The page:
Manila: Rescuers used diggers and bulldozers to search for up to 19 people believed trapped by rocks and mud after a landslide hit a remote gold-rush area in the Philippines, officials said.
The official death toll from Friday`s disaster stood at three but Pantukan town Mayor Celso Sarenas on Sunday warned that the chance of more survivors being pulled from the debris was slim.
"We have to be realistic," the mayor said. "We believe most of the missing were in their bunkhouses when the landslide occurred."
Four survivors and one body had so far been pulled from the makeshift tunnels dug into the mountainside, he added.
The landslide hit Kingking, a remote mountain district near Pantukan on the main southern island of Mindanao before dawn on Friday after heavy rain, burying illegal gold mines as well as houses, stores and crude gold processing mills.
Major Jake Obligado, commander of a 120-member military unit that is leading the rescue, said the effort would continue until local officials decided to call off the search.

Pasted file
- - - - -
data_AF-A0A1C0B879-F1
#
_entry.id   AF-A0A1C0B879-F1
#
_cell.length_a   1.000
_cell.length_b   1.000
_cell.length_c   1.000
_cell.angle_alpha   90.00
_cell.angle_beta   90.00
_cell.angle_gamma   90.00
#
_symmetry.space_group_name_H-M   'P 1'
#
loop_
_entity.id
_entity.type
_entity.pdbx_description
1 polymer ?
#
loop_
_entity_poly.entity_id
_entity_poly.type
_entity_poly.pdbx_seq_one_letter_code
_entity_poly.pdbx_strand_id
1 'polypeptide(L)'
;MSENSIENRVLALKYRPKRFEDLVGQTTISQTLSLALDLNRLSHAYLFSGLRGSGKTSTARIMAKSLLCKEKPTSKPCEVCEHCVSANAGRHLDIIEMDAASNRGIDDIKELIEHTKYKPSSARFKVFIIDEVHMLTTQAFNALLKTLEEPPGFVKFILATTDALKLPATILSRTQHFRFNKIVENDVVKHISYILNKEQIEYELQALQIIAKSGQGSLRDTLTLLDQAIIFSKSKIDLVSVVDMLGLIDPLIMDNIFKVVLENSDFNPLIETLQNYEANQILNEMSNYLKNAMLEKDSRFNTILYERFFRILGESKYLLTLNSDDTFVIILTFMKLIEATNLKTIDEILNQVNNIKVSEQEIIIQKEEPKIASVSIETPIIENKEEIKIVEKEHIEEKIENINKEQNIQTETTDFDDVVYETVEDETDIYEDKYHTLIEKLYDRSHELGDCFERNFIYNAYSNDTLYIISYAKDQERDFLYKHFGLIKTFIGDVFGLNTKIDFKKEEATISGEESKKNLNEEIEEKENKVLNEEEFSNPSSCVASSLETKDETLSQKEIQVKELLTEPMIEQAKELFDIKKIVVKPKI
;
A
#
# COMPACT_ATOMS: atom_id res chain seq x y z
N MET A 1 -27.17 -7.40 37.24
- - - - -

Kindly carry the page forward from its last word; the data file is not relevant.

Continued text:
Policemen, resident volunteers as well as personnel sent by mining companies operating nearby were taking part in the search, Obligado added.
The area can only be reached by off-road motorcycle, said Obligado.
The mayor estimated the area`s population at between 20,000 and 30,000 people.
Illegal mining operations, with inadequate safety measures, are common in mineral-rich but poverty-stricken Mindanao.
Authorities said one person was killed and five others were injured in a landslide in the same area last month, while 21 people died when a similar disaster brought on by heavy rains hit the same location in May 2009.